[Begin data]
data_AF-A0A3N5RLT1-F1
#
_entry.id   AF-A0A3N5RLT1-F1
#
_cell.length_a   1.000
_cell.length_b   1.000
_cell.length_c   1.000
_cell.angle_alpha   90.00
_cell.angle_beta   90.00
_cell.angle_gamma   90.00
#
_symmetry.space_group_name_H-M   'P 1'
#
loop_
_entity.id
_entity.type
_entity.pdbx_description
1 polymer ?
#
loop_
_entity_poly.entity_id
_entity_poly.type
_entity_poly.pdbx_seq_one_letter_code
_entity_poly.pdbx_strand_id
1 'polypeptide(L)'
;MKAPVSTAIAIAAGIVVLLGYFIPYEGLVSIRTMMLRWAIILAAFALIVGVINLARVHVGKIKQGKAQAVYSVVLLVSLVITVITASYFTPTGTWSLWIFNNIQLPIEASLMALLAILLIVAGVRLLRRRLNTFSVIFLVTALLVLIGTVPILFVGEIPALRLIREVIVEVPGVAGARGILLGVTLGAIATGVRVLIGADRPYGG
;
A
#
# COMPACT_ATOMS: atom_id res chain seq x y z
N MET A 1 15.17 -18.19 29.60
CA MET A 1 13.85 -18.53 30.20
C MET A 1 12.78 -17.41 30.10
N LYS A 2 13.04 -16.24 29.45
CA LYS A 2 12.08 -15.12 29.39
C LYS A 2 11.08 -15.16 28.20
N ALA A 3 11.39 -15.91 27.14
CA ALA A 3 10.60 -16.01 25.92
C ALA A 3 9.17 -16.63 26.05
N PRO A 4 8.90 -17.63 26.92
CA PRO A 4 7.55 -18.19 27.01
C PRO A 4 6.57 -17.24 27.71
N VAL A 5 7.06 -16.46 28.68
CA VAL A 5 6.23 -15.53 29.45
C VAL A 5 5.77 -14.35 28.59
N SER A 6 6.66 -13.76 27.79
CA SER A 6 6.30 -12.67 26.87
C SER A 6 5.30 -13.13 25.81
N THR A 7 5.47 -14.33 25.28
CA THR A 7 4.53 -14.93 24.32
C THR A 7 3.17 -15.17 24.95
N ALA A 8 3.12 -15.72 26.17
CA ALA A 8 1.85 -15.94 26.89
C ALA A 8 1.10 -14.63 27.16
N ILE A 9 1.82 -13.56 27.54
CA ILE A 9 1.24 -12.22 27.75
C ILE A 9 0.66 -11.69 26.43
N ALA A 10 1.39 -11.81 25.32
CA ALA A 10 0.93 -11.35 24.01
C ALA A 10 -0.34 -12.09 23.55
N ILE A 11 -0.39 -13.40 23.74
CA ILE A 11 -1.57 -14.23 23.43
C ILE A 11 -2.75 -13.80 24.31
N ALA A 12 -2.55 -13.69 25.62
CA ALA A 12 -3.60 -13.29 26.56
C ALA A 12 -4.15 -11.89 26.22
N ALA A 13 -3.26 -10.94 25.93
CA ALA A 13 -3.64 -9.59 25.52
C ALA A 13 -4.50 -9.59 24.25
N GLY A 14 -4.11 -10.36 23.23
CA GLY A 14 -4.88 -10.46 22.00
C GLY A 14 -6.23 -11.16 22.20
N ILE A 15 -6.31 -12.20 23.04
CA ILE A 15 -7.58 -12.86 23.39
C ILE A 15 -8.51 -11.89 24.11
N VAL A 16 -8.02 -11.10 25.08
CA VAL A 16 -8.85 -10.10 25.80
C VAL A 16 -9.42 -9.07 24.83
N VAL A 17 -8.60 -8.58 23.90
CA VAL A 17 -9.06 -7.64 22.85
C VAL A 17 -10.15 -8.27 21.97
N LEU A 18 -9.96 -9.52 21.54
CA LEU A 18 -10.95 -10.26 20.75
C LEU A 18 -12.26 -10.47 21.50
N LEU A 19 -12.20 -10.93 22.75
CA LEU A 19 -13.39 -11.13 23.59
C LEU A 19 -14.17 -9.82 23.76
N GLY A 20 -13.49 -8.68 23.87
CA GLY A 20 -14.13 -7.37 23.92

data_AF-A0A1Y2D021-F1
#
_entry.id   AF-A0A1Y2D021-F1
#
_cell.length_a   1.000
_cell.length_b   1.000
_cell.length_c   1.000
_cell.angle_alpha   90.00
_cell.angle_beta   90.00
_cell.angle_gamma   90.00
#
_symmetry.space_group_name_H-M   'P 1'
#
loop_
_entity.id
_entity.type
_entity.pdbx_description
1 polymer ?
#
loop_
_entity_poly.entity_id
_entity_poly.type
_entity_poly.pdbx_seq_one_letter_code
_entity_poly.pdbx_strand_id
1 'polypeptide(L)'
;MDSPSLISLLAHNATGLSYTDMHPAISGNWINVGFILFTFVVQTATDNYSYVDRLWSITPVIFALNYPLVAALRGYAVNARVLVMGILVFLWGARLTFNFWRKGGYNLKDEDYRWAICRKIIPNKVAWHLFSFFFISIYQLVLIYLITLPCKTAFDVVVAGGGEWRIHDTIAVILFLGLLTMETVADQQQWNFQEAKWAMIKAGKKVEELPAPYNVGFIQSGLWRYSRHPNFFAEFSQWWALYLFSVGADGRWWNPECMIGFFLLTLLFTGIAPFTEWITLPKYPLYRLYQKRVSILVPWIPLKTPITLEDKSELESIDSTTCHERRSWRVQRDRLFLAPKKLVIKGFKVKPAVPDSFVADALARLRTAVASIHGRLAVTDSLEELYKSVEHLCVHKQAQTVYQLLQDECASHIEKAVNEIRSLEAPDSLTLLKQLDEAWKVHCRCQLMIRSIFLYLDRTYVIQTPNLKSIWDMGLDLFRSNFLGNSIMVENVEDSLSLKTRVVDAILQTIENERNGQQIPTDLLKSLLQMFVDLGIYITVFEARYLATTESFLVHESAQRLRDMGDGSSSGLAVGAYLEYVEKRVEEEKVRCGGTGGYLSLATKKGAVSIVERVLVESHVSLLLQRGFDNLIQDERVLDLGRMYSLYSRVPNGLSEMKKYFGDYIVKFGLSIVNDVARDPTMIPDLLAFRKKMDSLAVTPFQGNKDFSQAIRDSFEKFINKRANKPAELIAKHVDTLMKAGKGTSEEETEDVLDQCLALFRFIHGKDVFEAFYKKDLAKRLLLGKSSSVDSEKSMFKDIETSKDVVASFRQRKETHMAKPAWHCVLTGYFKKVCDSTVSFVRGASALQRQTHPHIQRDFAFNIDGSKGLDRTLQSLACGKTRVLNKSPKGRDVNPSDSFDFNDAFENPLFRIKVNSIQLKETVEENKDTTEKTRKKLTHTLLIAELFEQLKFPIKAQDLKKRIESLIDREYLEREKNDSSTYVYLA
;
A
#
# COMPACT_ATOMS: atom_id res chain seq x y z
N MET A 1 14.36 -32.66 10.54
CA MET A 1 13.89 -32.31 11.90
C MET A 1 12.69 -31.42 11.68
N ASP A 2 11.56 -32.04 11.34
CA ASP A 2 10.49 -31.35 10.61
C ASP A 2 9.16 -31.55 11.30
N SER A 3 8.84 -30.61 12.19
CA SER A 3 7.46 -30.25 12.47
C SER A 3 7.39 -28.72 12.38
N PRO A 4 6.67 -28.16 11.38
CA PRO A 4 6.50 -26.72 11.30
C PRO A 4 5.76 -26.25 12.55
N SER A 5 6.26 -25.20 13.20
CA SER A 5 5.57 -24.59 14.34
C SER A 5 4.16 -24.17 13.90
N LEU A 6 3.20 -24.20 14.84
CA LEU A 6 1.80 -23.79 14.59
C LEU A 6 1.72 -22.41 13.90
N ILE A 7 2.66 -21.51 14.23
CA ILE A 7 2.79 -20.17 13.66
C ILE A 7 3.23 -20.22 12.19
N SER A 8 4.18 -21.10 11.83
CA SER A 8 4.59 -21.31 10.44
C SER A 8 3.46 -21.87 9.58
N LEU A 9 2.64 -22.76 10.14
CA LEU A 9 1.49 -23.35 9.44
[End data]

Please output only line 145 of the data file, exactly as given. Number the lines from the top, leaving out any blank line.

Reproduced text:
CA LEU A 9 1.49 -23.35 9.44